For third party access, the authors are aware of only one case where the PTAB analyzed what may constitute “good cause” under Section 317(b). In Arista Networks v. Castlemorton Wireless, the PTAB reassured parties that their settlement agreement would be protected. Arista Networks, IPR2020-00986, Paper 7 at 3-4. The PTAB explained that a third party must satisfy a “high burden” to prove that it has “good cause” for accessing the agreement. For example, they said that an “alleged nexus” to an ongoing post-grant review would not be “good cause.” Although the PTAB did not analyze the issue in depth, the PTAB noted that it would only consider a third party request for access to a settlement agreement in a “rare” case.

It is possible for a third party to seek access to a settlement agreement viz-a-viz a Freedom of Information Act (FOIA) request. However, the U.S. Supreme Court’s ruling in Food Marketing Institute v. Argus Leader Media may shield disclosure of these agreements under Exception 4 to FOIA. Food Mktg. Inst. V. Argus Leader Media, 139 S. Ct. 2356, 2366 (2019). Exception 4 prevents “commercial or financial information obtained from a person” that is “confidential” from being disclosed in response to a FOIA request. The Court ruled that “[a]t least where commercial or financial information is both customarily and actually treated as private by its owner and provided to the government under an assurance of privacy,” the information is “‘confidential’ within the meaning of Exemption 4.” Parties generally treat their settlement agreements as confidential. The PTAB also allows the parties to file the agreements under Section 317(b) as “business confidential information” and, by USPTO rule, these agreements are thus kept separate from the IPR file. Arista Networks, IPR2020-00986, Pater 7 at 4. For these reasons, it seems likely that Exception 4 would apply to shield settlement agreements from disclosure under FOIA.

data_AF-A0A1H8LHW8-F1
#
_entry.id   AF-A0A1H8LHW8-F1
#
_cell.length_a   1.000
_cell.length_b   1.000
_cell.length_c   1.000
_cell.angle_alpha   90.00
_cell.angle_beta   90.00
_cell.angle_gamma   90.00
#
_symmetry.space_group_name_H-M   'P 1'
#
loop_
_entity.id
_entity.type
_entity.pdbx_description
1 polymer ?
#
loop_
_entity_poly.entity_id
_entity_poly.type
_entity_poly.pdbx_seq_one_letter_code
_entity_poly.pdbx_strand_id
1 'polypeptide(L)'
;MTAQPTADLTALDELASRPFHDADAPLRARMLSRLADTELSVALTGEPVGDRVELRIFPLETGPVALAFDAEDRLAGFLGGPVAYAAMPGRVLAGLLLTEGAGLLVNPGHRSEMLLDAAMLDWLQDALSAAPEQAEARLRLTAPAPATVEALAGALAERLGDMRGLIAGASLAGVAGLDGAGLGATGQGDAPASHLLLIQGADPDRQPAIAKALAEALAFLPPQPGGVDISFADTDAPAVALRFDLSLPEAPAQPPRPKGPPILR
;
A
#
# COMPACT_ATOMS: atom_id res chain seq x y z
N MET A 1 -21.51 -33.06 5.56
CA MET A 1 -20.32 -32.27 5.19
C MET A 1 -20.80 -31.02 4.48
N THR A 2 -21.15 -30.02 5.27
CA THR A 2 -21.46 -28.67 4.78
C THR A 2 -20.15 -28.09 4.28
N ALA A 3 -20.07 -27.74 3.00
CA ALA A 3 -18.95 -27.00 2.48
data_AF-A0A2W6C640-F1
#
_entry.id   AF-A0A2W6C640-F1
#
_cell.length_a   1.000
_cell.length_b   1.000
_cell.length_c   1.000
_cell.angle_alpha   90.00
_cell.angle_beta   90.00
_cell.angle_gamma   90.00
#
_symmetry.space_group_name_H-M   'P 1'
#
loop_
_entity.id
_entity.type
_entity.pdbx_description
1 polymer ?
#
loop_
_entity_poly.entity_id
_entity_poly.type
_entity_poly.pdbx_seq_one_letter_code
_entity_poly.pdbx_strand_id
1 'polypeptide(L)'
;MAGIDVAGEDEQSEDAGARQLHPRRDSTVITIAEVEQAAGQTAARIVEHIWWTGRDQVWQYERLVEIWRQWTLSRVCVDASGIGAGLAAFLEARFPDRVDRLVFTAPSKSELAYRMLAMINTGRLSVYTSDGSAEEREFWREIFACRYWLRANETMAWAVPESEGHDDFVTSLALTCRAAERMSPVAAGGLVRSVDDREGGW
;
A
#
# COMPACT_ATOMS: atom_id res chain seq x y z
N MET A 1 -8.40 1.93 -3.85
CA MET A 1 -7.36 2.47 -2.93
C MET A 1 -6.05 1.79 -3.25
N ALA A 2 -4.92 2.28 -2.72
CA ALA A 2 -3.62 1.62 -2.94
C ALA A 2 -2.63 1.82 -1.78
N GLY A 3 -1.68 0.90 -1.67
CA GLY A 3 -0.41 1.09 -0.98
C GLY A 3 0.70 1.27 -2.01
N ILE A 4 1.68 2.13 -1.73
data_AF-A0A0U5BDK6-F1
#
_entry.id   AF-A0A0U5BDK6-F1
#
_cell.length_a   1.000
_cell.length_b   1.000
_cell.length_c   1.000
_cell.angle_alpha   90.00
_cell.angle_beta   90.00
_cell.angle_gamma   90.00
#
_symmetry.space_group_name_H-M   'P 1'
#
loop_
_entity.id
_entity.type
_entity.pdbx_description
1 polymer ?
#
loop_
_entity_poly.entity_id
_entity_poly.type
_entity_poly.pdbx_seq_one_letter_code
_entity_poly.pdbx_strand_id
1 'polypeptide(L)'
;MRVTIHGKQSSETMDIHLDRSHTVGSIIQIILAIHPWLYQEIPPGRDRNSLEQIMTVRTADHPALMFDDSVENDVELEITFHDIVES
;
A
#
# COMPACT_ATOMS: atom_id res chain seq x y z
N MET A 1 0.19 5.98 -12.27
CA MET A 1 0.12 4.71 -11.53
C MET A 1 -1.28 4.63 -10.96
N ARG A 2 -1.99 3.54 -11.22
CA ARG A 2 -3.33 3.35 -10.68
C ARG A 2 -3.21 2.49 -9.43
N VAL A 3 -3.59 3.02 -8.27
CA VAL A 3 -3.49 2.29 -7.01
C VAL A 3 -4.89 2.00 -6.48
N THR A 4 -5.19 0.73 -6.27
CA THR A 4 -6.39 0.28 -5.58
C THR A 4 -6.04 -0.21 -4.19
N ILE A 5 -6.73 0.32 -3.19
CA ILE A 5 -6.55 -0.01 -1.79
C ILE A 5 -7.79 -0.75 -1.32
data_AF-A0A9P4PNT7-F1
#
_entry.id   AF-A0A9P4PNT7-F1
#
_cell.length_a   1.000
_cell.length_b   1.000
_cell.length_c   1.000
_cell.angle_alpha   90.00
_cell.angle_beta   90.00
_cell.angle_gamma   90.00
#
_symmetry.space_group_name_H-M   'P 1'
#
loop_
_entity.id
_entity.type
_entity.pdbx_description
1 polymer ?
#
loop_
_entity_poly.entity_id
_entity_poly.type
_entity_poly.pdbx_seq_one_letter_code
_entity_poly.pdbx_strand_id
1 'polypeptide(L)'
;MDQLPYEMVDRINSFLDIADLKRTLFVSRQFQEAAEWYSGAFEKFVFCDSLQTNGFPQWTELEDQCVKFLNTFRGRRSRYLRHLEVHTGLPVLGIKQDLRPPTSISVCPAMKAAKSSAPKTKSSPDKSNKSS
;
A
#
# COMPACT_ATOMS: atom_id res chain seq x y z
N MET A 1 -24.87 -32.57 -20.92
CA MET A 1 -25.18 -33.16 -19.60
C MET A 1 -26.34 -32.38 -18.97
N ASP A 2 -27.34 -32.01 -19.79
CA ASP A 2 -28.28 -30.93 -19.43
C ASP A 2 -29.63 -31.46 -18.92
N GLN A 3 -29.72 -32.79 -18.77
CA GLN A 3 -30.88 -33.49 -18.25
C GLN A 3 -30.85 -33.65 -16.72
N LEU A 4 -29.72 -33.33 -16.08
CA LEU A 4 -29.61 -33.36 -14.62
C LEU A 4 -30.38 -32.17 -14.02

Safe for Now

Given the uncertainty surrounding this issue, the authors contacted the USPTO to inquire how many times third parties have requested access to settlement agreements under Section 317(b), both directly and under FOIA, and how many of those requests were granted. The USPTO stated that it has not received or granted any such requests as of the time of publication.

It seems that settlement agreements are safe for now. But there remains a risk and practitioners should keep on the lookout.


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Join the Discussion

One comment so far.

  • [Avatar for Pro Say]
    Pro Say
    April 20, 2022 02:40 pm

    There is no justifiable reason for the government to have the IPR settlement / collateral agreements in the first place.

    More government overreach — sticking their nose where it doesn’t belong.

    Exactly who at the Patent Office has access to such highly-confidential agreements? PTAB “judges?” (only those on the deciding panel? other ones?) Other PTO staff attorneys? “Assistants?” Other PTO staff?

    The curious fellow down the hall?

    Where / how are the agreements stored? For how many years? Forever?

    Who has access once stored?

    Look; when the parties settle, they settle.

    The fact that they do settle should be enough.

    Someone should take this to the CAFC / SCOTUS.

    Yes, I know . . . but would the PTAB / PTO refuse to terminate if the parties didn’t include the agreement?

    How ’bout we find out.